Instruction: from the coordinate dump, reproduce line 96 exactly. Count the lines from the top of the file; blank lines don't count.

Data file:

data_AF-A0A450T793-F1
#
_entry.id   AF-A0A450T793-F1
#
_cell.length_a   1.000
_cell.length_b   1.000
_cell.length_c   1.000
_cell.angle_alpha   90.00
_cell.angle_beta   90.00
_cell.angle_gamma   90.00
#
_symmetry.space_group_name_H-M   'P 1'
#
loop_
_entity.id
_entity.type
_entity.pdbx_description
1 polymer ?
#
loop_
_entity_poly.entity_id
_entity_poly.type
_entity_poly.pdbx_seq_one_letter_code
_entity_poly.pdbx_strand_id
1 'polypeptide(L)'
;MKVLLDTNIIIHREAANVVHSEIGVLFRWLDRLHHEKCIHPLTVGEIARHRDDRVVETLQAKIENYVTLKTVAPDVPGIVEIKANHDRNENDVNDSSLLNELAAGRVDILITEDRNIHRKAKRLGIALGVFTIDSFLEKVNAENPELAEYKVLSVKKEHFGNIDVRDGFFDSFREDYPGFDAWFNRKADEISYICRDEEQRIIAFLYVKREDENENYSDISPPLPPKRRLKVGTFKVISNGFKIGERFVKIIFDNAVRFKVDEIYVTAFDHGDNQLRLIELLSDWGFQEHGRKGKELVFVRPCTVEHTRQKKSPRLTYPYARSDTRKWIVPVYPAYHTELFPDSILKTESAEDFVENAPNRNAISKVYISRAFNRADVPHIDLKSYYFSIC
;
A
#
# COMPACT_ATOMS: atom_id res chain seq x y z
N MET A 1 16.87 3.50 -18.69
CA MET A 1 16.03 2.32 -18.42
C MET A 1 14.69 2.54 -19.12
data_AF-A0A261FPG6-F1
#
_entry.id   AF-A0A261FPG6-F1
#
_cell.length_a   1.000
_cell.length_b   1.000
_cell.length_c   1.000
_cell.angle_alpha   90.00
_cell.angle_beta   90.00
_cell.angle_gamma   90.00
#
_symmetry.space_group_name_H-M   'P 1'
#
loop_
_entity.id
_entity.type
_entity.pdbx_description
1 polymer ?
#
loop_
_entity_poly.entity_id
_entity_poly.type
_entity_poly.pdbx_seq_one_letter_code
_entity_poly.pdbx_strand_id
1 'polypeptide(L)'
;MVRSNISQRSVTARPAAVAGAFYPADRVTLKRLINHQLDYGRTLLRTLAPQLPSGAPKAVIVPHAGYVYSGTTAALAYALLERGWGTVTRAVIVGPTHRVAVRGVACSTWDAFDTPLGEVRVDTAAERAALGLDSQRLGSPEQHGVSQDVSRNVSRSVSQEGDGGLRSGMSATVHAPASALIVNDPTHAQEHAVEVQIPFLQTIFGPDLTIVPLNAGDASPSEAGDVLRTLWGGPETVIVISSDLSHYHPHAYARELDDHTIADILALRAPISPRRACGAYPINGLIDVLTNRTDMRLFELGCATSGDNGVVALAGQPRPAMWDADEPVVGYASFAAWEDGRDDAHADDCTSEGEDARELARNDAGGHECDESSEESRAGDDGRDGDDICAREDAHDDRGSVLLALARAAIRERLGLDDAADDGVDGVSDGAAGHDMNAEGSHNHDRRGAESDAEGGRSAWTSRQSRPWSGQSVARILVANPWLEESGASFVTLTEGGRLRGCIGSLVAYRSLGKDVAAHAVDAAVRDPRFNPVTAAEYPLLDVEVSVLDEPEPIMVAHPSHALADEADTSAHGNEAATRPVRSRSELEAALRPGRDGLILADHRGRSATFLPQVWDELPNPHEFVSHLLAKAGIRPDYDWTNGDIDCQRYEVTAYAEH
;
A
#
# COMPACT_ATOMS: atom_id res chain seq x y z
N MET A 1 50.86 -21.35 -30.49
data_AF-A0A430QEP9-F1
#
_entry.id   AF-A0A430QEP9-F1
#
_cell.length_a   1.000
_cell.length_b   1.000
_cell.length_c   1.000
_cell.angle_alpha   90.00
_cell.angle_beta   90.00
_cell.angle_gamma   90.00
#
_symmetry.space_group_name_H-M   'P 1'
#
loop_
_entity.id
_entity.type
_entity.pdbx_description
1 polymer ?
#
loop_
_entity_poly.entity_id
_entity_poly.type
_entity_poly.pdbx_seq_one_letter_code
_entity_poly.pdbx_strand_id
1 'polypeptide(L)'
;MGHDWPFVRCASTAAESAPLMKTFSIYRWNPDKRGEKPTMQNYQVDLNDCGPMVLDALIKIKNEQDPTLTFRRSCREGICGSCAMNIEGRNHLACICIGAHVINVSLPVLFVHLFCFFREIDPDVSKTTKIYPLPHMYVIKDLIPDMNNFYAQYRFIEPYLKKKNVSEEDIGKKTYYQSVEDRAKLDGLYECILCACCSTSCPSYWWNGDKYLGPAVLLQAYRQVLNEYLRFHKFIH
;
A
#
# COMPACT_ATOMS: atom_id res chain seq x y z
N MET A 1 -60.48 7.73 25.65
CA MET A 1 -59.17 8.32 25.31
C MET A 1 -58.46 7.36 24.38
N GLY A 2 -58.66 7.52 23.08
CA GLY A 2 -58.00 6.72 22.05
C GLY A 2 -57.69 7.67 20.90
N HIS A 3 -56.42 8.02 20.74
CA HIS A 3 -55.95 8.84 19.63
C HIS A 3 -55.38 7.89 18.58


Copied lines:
CA MET A 1 -59.17 8.32 25.31